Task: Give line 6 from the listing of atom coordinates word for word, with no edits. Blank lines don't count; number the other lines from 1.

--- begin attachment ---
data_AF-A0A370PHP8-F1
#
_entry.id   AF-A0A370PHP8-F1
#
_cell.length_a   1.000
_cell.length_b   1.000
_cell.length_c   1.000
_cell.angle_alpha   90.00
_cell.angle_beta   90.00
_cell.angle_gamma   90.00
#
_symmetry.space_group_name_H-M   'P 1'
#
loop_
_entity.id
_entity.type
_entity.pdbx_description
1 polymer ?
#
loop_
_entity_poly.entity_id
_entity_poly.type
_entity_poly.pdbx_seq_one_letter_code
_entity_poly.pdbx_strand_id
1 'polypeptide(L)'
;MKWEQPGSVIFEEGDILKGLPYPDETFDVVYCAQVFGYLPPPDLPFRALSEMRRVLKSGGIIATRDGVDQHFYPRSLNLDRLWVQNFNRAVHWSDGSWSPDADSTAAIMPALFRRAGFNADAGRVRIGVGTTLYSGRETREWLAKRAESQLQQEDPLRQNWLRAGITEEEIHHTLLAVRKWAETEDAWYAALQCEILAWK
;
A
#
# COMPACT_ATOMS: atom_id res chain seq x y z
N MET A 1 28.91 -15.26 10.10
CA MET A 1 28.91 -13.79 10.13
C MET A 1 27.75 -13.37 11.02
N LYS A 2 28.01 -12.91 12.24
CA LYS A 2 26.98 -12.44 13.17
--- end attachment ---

_cell.length_b   1.000